Last week we discussed healthy spring feeding tips for the underweight horse. Now it’s time to address how to feed the overweight horse when the grass starts to come in and there seems to be food to be had everywhere.
Use the following strategies to decrease calories in your horse’s diet. Remember to keep checking your horse’s condition frequently so he doesn’t lose too much weight!
Step 1: Evaluate how much hay your horse is eating.
- Consider changing the type of hay you feed. Mature grass hay has fewer calories than straight alfalfa or a mixed hay.
- Feed several times per day to limit the amount of time your horse goes without hay between meals.
- Horses need at least 1.25% of their body weight in hay per day. You can cut back on any extra.
Still need to shed calories? Move on to step 2.
Step 2: Cut back or stop the amount of concentrate you are feeding.
- Concentrate is meant to be fed at a minimum level, usually 3 to 5 pounds per day.
- If your horse isn’t getting the recommended minimum level of concentrate (refer to feed tag), you can add a daily vitamin and mineral supplement.
To see how spring pasture affects overweight horses, move on to step 3.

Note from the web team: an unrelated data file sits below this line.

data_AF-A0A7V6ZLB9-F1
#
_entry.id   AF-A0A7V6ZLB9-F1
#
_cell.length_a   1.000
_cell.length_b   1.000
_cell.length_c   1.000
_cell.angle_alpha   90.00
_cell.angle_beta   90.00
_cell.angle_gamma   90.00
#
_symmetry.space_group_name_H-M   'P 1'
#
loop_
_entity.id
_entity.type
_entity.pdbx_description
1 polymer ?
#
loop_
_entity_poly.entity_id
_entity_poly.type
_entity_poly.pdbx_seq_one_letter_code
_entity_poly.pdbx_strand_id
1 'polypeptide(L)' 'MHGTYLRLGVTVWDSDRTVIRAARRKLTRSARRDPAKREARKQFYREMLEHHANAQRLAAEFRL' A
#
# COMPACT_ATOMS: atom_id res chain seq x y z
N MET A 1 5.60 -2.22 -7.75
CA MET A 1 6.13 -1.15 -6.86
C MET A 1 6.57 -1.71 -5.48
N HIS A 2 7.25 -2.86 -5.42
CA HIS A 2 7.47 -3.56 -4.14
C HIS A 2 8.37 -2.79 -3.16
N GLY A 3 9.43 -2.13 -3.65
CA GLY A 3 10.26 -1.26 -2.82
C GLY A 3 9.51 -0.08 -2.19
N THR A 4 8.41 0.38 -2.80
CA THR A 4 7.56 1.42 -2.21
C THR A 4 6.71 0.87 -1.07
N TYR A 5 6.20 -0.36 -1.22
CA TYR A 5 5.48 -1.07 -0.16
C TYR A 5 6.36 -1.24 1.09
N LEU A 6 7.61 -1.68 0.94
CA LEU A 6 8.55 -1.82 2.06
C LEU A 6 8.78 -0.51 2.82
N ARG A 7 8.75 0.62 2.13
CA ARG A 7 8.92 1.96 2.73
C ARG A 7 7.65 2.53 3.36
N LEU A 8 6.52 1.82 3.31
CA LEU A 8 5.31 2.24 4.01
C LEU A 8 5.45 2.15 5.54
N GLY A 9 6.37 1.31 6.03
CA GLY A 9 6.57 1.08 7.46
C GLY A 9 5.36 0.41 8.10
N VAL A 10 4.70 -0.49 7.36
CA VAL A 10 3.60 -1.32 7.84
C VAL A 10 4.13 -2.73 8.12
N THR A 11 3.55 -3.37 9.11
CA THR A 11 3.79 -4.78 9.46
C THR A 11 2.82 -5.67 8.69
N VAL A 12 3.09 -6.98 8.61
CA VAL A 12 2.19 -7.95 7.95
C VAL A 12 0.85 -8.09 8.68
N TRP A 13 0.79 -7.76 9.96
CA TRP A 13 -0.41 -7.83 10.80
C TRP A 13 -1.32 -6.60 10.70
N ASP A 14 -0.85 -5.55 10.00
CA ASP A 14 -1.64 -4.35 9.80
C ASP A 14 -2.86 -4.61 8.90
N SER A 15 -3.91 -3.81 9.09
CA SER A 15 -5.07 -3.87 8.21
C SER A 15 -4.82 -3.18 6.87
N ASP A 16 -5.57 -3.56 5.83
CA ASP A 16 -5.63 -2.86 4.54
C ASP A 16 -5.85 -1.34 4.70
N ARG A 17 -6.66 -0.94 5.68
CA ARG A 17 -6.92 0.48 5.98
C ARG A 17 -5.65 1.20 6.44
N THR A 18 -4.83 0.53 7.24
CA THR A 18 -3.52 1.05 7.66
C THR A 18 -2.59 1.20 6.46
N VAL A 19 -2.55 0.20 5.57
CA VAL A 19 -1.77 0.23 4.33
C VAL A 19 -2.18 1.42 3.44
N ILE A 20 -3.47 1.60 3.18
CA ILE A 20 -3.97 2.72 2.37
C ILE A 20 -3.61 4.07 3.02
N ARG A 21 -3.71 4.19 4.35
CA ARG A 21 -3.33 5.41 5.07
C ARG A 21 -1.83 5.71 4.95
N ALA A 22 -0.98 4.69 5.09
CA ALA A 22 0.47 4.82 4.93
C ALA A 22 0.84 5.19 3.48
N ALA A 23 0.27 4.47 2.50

Step 3: Consider that spring pasture can be dangerous for your overweight horse.
- Additional sugar and calories from spring pasture can put stress on the digestive and metabolic systems and can cause colic or laminitis.
- Consider limiting pasture entirely in the spring if your horse is overweight.
- Turn out in a dry lot or use a muzzle to reduce the amount of grass consumed.
- Reintroduce pasture very slowly and in small amounts once your horse loses the desired weight.
- One hour of grazing on good pasture = eating 1 pound of good grass hay.
Supplements for overweight horses
Providing needed nutrients without extra calories. Micro-Phase can replace the concentrate portion of
the meal for overweight horses.
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